Patient death prompts new rules for fecal transplants: ‘Why weren’t these guidelines already in place?’

download
Image: Jeff McIntosh/Associated Press

In June [2019], after a patient died and another was sickened from a fecal transplant that contained drug-resistant bacteria, the Food and Drug Administration stepped in and set new guidelines for the procedure.

The guidelines specified that both donors and their stool should be screened for the presence of “multidrug-resistant organisms.” They were included in an alert issued by the agency stating that the two patients who got sick had weakened immune systems, and that the donor stool they received had not been tested for the specific superbug that made them ill.

The announcement raised more questions than it answered. Chief among them: What happened, exactly, in the two cases? And, given the increasing threat posed by drug-resistant bacteria, why weren’t these guidelines already in place?

There’s no question that FMT’s popularity has soared in recent years. On clinicaltrials.gov, there are more than 300 registered trials looking at FMT for a wide variety of conditions, many of which go far beyond the original intended use, including transplant rejection, obesity and cancer, as well as some of the more expected gastrointestinal disorders, such as irritable bowel syndrome and ulcerative colitis.

Read full, original post: There were no guidelines for fecal transplants. Then, a patient died.

Related article:  'Substantial equivalence': Are GMOs as safe as other conventional and organic foods?
Outbreak
Outbreak Daily Digest
Biotech Facts & Fallacies
Talking Biotech
Genetics Unzipped
ft covidresponseus feature

Video: Viewpoint: The US wrote the global playbook on the coronavirus and then ignored it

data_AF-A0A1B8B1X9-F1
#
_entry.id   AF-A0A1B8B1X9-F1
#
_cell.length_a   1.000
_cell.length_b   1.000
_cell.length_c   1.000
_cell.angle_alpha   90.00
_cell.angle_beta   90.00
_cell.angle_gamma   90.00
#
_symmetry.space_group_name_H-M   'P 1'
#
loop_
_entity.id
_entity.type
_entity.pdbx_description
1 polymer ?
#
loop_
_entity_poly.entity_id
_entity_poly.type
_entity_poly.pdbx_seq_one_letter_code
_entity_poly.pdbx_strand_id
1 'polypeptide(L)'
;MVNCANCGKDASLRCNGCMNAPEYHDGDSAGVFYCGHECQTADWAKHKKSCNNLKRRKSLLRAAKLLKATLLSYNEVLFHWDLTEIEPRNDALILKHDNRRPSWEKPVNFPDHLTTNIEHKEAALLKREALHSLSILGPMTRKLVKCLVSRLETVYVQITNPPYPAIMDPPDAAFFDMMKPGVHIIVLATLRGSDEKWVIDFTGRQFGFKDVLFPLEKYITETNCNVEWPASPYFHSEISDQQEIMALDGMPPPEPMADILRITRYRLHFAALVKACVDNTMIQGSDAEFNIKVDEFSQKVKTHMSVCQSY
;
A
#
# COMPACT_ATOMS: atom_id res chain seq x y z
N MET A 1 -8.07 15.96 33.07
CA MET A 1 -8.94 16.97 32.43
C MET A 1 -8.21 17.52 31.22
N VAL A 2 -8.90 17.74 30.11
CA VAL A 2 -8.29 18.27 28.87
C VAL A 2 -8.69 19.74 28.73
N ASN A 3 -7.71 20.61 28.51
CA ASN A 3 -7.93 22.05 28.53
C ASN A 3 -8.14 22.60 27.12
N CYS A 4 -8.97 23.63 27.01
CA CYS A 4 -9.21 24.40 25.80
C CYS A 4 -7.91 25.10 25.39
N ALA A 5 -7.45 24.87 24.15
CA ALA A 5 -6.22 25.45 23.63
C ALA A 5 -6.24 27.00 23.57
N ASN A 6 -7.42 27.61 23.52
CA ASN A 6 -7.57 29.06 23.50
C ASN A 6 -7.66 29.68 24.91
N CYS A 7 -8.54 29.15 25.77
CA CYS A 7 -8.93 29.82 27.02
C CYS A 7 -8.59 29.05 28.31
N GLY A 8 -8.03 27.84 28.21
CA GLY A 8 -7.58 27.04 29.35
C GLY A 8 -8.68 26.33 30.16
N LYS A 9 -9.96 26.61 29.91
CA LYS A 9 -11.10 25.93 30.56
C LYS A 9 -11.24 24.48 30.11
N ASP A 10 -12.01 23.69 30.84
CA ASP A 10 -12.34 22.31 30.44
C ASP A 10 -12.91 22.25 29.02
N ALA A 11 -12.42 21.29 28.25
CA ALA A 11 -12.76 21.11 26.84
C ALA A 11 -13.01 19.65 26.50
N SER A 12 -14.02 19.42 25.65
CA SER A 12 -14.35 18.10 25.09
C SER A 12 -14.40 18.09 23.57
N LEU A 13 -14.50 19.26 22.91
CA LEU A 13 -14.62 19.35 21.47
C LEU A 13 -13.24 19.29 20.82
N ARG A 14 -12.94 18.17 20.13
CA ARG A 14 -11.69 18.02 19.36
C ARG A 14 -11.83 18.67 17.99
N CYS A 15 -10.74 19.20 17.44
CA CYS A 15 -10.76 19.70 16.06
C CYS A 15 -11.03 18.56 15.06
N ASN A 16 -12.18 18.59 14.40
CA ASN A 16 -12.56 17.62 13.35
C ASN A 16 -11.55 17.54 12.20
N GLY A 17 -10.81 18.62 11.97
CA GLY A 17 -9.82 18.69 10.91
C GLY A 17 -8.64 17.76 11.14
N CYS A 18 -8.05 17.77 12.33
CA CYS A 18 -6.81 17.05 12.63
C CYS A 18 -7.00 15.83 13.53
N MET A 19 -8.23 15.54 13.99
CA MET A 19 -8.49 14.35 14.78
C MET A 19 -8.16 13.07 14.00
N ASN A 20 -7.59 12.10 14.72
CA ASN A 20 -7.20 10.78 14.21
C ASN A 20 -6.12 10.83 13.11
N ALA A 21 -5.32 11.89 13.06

A year ago, the United States was regarded as the country best prepared for a pandemic. Our government had spent ...
mag insects image superjumbo v

Disaster interrupted: Which farming system better preserves insect populations: Organic or conventional?

A three-year run of fragmentary Armageddon-like studies had primed the journalism pumps and settled the media framing about the future ...
dead bee desolate city

Are we facing an ‘Insect Apocalypse’ caused by ‘intensive, industrial’ farming and agricultural chemicals? The media say yes; Science says ‘no’

The media call it the “Insect Apocalypse”. In the past three years, the phrase has become an accepted truth of ...
globalmethanebudget globalcarbonproject cropped x

Infographic: Cows cause climate change? Agriculture scientist says ‘belching bovines’ get too much blame

A recent interview by Caroline Stocks, a UK journalist who writes about food, agriculture and the environment, of air quality ...
organic hillside sweet corn x

Organic v conventional using GMOs: Which is the more sustainable farming?

Many consumers spend more for organic food to avoid genetically modified products in part because they believe that “industrial agriculture” ...
benjamin franklin x

Are most GMO safety studies funded by industry?

The assertion that biotech companies do the research and the government just signs off on it is false ...
gmo corn field x

Do GMO Bt (insect-resistant) crops pose a threat to human health or the environment?

Bt is a bacterium found organically in the soil. It is extremely effective in repelling or killing target insects but ...
favicon

Environmental Working Group: EWG challenges safety of GMOs, food pesticide residues

Known by some as the "Environmental Worrying Group," EWG lobbies for tighter GMO legislation and famously puts out annual "dirty dozen" list of fruits and ...
m hansen

Michael Hansen: Architect of Consumers Union ongoing anti-GMO campaign

Michael K. Hansen (born 1956) is thought by critics to be the prime mover behind the ongoing campaign against agricultural biotechnology at Consumer Reports. He is an ...
News on human & agricultural genetics and biotechnology delivered to your inbox.
Optional. Mail on special occasions.
Send this to a friend